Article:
Sinhala  Tamil    Seperate    
Governtment of Sri Lanka

Education and Reconciliation

( Created date: 13-Nov-2012 )

At every Reconciliation meeting at Divisional Secretariats in the North and East – and I have attended over 50 thus far in the course of this year – problems crop up with regard to education. Some of them relate to physical needs, such as toilets and drinking water. Fortunately, given the concerted efforts made to improve educational facilities as far as infrastructure goes, such requests are few. But shortcomings in these respects are unacceptable, and should be attended to at once. If there are delays in Education Department inputs, Divisional Secretariats should prioritize these for governmental funding or other aid programmes.  
Then there are requests for playgrounds, which seem to me less urgent, in a context in which few schools have extensive extra-curricular programmes. For these I suggest shrmadana programmes, with support from the armed forces if available. I have discovered that this has been provided for such programmes already in many instances, though unfortunately there is little effort to give wider publicity to such support.
More serious are complaints that transport services are limited, and often do not cater to the needs of school children. Unfortunately there is little liaison between Education Departments and Transport Boards, and I suspect such liaison will not do much good, since we seem to have lost sight of the social aspects of transport services.
I have therefore suggested that responsibility for such urgent transport needs should be transferred to local communities, either the Divisional Secretariats or else the elected local officials. Transport fits in well with the basic responsibilities of such bodies, namely utilities and local roads and markets. Ensuring that children can get to school on time should be a local priority and, if ever we rationalize local government, such services should be performed by those most concerned. In Jaffna town I gather that the Municipality has taken on the responsibility, successfully it seems, so I hope the idea will spread. I should note though that most communities thought the responsibility should belong to the Divisional Secretariat rather than politicians, but that can be sorted out.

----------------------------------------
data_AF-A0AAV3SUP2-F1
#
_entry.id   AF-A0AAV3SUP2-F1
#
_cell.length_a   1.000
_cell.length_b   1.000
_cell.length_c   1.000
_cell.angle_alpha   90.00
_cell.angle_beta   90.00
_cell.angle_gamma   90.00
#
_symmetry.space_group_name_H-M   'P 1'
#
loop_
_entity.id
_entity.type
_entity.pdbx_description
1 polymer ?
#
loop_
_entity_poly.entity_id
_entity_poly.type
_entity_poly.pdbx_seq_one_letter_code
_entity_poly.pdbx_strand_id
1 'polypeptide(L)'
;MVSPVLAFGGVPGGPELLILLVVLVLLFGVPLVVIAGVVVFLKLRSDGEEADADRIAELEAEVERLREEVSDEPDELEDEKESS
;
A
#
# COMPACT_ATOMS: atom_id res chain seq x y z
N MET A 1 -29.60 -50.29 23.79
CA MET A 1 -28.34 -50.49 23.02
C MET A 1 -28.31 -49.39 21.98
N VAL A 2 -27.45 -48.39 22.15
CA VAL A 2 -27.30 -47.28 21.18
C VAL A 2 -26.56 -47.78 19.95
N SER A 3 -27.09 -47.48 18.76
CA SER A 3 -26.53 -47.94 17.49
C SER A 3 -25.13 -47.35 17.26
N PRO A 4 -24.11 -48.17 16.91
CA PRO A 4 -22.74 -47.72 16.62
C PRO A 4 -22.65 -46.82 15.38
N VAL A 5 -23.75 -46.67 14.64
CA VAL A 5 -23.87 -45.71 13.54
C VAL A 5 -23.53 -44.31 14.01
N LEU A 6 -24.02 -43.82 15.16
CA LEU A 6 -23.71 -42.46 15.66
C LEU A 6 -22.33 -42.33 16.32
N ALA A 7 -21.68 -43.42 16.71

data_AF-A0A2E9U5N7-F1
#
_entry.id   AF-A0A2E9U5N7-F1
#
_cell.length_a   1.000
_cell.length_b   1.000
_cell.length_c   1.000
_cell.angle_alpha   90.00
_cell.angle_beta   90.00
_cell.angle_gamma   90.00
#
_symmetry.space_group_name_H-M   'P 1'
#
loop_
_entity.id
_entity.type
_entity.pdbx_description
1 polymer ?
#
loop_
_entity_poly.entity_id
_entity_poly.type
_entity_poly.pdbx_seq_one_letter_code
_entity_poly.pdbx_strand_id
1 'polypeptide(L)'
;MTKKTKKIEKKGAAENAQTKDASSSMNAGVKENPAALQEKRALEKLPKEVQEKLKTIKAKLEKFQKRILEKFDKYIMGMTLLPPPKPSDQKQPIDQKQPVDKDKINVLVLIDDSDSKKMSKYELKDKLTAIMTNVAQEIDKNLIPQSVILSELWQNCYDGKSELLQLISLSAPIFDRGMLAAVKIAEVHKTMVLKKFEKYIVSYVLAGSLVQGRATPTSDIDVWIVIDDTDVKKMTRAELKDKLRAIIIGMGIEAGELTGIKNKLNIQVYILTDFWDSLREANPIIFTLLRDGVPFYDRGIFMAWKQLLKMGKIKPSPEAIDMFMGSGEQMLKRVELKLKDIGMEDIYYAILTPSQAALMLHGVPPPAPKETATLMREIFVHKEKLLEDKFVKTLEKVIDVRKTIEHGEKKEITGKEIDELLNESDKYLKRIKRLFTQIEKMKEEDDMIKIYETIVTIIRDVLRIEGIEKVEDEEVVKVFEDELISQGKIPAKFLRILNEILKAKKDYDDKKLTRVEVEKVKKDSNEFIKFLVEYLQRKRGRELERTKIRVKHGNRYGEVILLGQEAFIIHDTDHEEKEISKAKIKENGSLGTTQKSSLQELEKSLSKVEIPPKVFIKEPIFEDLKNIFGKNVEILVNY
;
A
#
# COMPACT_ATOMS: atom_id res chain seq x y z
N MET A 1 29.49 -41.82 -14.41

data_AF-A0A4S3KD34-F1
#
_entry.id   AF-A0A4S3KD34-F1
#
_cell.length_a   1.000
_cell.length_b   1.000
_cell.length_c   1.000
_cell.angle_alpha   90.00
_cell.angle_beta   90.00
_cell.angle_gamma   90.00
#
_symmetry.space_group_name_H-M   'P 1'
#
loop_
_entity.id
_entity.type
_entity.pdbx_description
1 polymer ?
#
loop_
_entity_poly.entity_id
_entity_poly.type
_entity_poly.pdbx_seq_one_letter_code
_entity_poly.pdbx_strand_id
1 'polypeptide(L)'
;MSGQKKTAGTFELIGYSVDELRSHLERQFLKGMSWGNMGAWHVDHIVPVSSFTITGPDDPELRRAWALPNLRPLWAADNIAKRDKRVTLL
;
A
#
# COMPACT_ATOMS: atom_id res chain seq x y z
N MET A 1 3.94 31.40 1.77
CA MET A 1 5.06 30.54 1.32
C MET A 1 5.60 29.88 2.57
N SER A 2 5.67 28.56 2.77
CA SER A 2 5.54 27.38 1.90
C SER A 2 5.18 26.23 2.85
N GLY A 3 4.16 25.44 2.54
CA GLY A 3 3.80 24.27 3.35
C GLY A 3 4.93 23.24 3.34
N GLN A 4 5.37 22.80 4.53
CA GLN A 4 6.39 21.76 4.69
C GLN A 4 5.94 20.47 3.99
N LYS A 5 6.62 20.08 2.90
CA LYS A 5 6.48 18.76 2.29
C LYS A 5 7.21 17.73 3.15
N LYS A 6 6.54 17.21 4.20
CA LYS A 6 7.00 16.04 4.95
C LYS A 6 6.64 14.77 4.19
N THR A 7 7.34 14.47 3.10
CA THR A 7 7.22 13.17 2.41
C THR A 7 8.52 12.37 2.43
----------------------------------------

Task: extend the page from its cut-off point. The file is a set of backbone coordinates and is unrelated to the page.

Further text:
Finally, and most worryingly, there are continuous complaints of teacher shortages, especially for vital subjects such as English and Science and Maths. This is of course a problem all over the country, and I cannot understand how otherwise intelligent people assume the problem can be solved if the same systems of supply that have failed us for over fifty years continue as monopolies. Every Education Minister blames his predecessor for incompetence and assumes he will solve the problem, and fails, for the process to be repeated.
Given that some of them have been men of intelligence and commitment, it must be clear that it is not the incompetence of officials administering the system that is the problem, but rather the system itself. That needs radical change, but it is irrational to expect this to come from within the dispensation that has presided over the problem for decades.